The Bullet List #30: Arab Noir, Family Feuds, Nevada Mobsters, Free Speech Fantasies and More by Nasri Atallah

My recommendations for the best television, film, writing, audio — and other assorted bits of culture — that I've come across recently. 

The Best Television

Get Shorty

Based on the much-loved Elmore Leonard novel — already adapted into a film in 1995 — this is a really fun take on the material. Chris O’Dowd is charm on legs, and Ray Romano has become something of a delicacy in this second act of his career. It can be a bit too violent at times, and there’s so gratuitous sex (it’s on Epix, after all), but it is a ton of fun to be with these deeply unlikeable but very loveable characters for a whole season of television. 

Grace & Frankie

I mean, this is just delightful television. Who doesn't want to spend hours on end with Jane Fonda and Lily Tomlin? The premise is that the titular Grace & Frankie find out that their husbands have been cheating on them, with each other. They've now decided to get divorced and live as gay men in their seventies, openly for the first time. The show deals with where this places Grace and Frankie having to rebuild their lives from scratch. It is an endearing portrayal, played for laughs, co-created by Martha Kauffman of Friends fame. It also look at some interesting aspects of life as a 70something, and how it's never too late to start exploring who you are. 


This is my favourite show in a very long time. It follows the power struggles at the heart of the Roy family as the patriarch seems set to retire as CEO of a media conglomerate. Created by Jesse Armstrong — he of Peep Show, The Thick of It, Black Mirror — it starts off as a workplace comedy-drama played for wry laughs, but shifts to something extremely powerful mid-season. There are echoes of the real-life drama at the heart of the Murdoch family, but it also seems particularly apt in light of American's first family being the Trumps, and the kind of odd family dynamics that evolve from amassing so much wealth and power. It is truly a wonderful piece of television, and I'm actually watching the season a second time to look out for the beautiful little details I missed the first time around. #TeamCousinGreg #Connor2020

A Damn Fine Book

Every Man a Menace

I'll just leave you with the back cover description of this excellent book by Patrick Hoffman. It really is as fun as this makes it sound. 

"Patrick Hoffman burst onto the crime fiction scene with The White Van, a bank heist thriller set in the back streets of San Francisco and a finalist for the CWA Ian Fleming Steel Dagger Award. Now he returns with his second novel, Every Man a Menace, the inside story of a ruthless ecstasy-smuggling ring.

San Francisco is about to receive the biggest delivery of MDMA to hit the West Coast in years. Raymond Gaspar, just out of prison, is sent to the city to check in on the increasingly erratic dealer expected to take care of distribution. In Miami, the man responsible for getting the drugs across the Pacific has just met the girl of his dreams - a woman who can't seem to keep her story straight. And thousands of miles away in Bangkok, someone farther up the supply chain is about to make a phone call that will put all their lives at risk. Stretching from the Golden Triangle of Southeast Asia to the Golden Gate of San Francisco, Every Man a Menace offers an unflinching account of the making, moving, and selling of the drug known as Molly - pure happiness sold by the brick, brought to market by bloodshed and betrayal."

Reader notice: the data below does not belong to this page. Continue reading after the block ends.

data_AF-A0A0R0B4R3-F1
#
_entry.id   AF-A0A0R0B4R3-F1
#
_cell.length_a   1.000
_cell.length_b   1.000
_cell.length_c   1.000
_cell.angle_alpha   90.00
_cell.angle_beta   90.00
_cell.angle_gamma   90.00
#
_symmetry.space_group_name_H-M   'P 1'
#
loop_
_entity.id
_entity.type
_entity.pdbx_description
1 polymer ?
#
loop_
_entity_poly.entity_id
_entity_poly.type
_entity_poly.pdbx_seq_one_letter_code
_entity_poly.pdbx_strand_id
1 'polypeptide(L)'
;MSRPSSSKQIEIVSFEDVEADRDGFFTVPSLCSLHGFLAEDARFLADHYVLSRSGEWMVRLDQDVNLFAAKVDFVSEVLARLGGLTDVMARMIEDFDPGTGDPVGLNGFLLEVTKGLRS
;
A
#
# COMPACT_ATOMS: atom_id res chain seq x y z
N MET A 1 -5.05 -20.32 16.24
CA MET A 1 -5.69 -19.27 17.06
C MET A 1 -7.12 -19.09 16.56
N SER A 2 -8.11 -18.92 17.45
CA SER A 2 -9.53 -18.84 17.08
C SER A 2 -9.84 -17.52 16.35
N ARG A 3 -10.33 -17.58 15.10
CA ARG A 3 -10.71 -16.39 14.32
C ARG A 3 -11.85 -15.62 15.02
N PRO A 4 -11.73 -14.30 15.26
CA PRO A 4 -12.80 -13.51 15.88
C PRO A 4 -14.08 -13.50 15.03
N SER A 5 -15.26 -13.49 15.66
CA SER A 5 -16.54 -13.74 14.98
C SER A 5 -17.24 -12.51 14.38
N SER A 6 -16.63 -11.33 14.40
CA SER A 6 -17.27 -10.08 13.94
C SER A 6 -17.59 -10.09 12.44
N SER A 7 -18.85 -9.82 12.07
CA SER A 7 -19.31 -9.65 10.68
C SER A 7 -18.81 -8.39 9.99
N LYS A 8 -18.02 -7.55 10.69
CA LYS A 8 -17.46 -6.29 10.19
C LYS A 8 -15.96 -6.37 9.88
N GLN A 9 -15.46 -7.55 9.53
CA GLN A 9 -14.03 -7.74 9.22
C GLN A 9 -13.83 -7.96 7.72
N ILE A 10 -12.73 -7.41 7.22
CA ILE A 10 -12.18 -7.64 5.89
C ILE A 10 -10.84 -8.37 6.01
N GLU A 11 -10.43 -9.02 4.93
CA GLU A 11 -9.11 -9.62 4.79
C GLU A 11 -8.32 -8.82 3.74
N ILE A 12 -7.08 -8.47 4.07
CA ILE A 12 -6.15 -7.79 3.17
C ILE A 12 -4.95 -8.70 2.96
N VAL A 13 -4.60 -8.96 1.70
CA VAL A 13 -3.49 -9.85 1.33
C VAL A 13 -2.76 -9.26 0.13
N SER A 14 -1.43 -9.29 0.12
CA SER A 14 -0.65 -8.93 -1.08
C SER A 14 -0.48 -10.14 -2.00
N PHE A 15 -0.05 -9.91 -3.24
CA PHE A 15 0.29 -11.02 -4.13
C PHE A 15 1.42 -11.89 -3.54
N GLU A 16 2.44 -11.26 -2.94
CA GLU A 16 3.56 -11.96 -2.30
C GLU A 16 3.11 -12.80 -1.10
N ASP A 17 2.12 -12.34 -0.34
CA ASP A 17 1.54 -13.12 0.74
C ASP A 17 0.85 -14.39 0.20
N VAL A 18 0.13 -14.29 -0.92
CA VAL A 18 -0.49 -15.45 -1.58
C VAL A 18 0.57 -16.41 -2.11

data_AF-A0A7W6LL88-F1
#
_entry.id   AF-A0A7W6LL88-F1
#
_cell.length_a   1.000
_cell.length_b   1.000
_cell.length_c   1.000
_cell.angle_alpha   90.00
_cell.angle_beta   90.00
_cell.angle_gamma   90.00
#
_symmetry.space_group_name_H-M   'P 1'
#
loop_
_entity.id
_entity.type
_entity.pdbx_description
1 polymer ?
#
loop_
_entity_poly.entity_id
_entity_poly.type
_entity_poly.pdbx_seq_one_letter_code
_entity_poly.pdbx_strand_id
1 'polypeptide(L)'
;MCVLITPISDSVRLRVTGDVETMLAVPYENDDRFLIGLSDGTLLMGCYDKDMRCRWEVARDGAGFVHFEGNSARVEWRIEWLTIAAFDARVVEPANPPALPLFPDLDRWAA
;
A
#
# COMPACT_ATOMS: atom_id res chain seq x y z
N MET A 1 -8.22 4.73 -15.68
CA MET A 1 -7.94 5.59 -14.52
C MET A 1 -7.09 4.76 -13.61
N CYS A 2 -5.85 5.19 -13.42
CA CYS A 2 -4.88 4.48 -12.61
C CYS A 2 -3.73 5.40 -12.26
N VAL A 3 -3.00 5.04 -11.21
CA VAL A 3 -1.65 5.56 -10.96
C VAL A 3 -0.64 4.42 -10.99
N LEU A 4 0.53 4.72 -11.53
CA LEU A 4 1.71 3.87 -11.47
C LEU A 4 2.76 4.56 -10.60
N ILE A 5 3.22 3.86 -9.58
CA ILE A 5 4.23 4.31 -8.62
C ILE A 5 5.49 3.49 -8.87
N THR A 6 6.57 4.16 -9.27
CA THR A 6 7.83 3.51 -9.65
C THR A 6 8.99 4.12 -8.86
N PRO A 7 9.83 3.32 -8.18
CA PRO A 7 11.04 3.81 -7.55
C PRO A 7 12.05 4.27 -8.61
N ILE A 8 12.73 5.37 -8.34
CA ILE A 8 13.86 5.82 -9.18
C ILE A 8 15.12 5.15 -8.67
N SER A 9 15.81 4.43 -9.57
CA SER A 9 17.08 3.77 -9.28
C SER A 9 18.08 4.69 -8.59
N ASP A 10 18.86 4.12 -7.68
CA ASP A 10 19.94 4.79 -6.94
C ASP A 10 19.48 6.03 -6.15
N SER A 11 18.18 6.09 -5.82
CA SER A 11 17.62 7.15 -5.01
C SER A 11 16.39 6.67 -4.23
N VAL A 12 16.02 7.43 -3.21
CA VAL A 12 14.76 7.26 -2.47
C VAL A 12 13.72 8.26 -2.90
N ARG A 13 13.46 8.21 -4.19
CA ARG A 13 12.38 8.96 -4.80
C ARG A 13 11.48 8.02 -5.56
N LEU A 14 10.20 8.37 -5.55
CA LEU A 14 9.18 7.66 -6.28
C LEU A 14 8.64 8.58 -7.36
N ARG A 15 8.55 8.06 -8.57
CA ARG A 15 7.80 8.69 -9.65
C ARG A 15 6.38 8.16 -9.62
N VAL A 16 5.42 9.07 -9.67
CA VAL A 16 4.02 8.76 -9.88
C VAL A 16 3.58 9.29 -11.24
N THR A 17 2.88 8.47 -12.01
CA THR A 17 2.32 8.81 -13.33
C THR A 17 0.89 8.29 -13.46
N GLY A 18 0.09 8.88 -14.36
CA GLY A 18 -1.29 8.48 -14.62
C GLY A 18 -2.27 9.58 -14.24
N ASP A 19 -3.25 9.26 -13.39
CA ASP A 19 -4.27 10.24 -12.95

Brilliant Arab Noir Cinema

The Nile Hilton Incident

I've been meaning to watch this for a while, but it had a very limited release in the UK. Which is a crime in and of itself. Helmed my Swedish-Egyptian director Tarek Saleh, and staring Swedish-Lebanese actor Fares Fares as a Cairo police officer investigating the murder of a famous club singer at the Nile Hilton Hotel, it has earned deserved comparisons to the classic of the Noir genre, Chinatown. Set against the backdrop of the Tahrir Square protests, it follows the investigation into the seedier, more corrupt sides of power in Egypt, and seems to say that as much as we might think things are changing, very little actually does. 

The Best Long Reads (with audio options) 

The free speech panic: how the right concocted a crisis – podcast (THE GUARDIAN)

"Snowflake students have become the target of a new rightwing crusade. But exaggerated claims of censorship reveal a deeper anxiety at the core of modern conservatism." 

This podcast should be required listening for anyone who feels like we've reached some sort of intractable stage in the culture war-driven schism between Left and Right. I think it's an interesting companion piece to a book I recommended a while back, Angela Nagle's Kill All Normies. It's focussed on UK politics — such as the recent Free Tommy marches — but is ultimately about something more universal, with a strong focus on campus no-platforming.